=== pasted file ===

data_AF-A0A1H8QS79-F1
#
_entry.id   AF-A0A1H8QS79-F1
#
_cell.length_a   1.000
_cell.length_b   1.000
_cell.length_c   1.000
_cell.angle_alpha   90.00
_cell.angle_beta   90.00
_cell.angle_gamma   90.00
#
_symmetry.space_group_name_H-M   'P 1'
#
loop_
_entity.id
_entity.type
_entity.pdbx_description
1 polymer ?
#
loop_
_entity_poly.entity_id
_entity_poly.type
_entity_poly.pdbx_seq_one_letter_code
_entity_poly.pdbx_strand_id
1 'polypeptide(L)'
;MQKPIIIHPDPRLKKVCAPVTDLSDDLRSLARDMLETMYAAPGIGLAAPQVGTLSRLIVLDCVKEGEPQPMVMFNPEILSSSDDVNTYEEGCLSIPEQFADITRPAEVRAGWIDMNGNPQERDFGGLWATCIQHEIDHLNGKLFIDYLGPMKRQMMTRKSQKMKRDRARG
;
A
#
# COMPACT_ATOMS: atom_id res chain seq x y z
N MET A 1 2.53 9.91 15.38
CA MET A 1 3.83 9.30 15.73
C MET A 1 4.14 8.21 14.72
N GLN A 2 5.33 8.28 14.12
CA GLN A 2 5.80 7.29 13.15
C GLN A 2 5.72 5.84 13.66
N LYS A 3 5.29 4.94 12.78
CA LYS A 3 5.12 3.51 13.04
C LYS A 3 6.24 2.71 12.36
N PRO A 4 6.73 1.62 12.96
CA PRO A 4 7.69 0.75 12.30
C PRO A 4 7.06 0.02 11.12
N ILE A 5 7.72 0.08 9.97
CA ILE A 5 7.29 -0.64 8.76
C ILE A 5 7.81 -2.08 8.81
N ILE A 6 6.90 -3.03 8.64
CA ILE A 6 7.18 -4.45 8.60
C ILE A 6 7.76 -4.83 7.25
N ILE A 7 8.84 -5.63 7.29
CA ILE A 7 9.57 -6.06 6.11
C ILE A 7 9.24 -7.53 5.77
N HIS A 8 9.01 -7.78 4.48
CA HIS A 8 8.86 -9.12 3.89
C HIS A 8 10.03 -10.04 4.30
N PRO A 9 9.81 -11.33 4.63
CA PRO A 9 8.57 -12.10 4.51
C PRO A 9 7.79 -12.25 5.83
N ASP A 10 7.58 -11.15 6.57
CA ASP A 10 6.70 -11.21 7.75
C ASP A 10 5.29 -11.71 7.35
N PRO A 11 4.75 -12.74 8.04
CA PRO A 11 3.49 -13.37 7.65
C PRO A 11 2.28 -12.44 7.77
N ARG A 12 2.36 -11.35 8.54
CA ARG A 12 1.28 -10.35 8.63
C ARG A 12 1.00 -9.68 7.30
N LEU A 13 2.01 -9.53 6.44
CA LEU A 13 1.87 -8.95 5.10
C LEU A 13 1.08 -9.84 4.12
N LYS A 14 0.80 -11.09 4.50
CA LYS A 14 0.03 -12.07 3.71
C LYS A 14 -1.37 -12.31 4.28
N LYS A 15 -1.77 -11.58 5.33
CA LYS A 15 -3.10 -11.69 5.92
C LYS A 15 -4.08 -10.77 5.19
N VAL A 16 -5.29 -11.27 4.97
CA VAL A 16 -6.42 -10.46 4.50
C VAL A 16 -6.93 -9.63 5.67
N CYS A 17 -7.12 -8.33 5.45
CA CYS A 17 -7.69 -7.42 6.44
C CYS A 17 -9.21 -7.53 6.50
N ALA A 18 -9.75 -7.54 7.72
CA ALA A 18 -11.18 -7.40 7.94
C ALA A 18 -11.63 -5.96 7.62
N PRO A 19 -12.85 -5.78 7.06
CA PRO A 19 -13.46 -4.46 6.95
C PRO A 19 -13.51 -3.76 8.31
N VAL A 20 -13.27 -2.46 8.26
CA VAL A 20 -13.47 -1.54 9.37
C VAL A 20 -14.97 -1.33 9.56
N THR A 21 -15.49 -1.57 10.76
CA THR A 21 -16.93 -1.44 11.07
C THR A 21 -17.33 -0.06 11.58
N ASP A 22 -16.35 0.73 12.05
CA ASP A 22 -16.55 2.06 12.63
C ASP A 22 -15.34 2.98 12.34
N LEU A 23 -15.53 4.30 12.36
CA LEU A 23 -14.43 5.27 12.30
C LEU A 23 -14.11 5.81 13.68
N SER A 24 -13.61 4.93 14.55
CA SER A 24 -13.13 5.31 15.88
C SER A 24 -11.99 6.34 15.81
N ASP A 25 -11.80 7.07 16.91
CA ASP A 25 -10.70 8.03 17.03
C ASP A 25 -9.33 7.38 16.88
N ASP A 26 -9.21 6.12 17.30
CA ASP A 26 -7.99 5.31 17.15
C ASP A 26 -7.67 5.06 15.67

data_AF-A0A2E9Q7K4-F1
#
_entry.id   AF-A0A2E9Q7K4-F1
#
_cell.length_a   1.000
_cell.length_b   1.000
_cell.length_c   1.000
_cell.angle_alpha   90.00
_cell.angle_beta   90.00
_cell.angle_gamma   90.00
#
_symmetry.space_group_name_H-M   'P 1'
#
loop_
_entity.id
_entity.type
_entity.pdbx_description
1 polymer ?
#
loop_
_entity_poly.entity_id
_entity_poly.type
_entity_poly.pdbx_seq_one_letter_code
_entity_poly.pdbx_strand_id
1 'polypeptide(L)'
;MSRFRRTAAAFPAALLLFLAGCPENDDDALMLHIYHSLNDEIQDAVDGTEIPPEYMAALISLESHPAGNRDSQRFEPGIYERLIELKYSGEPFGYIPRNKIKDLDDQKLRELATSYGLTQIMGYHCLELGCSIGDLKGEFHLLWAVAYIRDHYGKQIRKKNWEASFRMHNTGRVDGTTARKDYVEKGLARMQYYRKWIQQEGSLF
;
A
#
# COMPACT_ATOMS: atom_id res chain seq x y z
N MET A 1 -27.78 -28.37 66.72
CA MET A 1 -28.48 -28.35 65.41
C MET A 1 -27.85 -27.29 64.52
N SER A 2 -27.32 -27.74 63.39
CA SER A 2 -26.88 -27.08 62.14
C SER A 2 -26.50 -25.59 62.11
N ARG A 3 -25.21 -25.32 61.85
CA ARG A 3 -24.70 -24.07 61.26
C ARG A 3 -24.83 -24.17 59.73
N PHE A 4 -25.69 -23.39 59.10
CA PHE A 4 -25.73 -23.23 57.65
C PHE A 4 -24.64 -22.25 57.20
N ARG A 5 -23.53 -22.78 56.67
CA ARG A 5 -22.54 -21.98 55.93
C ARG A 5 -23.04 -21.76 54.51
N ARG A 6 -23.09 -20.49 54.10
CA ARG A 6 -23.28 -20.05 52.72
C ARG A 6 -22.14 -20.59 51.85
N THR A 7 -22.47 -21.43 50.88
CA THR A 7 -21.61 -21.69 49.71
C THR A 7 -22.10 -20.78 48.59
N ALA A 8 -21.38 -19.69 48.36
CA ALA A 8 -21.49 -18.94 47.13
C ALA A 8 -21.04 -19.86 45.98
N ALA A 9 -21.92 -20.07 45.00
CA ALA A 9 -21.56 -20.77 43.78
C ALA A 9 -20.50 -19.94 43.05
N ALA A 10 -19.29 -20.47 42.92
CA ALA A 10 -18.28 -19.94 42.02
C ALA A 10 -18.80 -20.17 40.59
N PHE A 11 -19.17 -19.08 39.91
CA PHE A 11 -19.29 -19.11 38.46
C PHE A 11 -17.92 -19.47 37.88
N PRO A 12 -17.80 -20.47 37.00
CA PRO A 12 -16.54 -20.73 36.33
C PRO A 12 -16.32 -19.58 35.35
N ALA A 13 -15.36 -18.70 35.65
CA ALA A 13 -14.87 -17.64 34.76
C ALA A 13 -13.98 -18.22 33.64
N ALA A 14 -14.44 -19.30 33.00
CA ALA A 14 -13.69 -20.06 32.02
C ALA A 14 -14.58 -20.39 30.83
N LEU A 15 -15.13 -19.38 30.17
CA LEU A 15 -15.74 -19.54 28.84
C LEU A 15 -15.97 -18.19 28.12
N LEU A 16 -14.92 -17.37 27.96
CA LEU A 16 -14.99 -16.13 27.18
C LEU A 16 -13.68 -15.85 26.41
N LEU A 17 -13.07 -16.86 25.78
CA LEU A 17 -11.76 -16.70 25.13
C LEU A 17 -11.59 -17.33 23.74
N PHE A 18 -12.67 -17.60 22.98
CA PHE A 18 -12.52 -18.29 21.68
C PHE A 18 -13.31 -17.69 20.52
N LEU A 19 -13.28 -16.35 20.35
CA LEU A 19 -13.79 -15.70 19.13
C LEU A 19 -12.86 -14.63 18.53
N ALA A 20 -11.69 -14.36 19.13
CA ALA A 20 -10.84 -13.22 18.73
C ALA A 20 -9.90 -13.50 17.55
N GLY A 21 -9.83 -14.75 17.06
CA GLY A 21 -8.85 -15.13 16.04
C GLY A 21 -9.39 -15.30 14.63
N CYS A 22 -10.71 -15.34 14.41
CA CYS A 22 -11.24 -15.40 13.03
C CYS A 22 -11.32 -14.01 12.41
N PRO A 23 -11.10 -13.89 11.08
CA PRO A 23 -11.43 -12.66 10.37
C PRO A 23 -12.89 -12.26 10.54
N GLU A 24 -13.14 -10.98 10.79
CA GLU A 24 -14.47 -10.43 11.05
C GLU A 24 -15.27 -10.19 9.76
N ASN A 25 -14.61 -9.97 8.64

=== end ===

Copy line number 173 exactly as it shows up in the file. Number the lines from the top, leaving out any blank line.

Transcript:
CA PRO A 12 -16.54 -20.73 36.33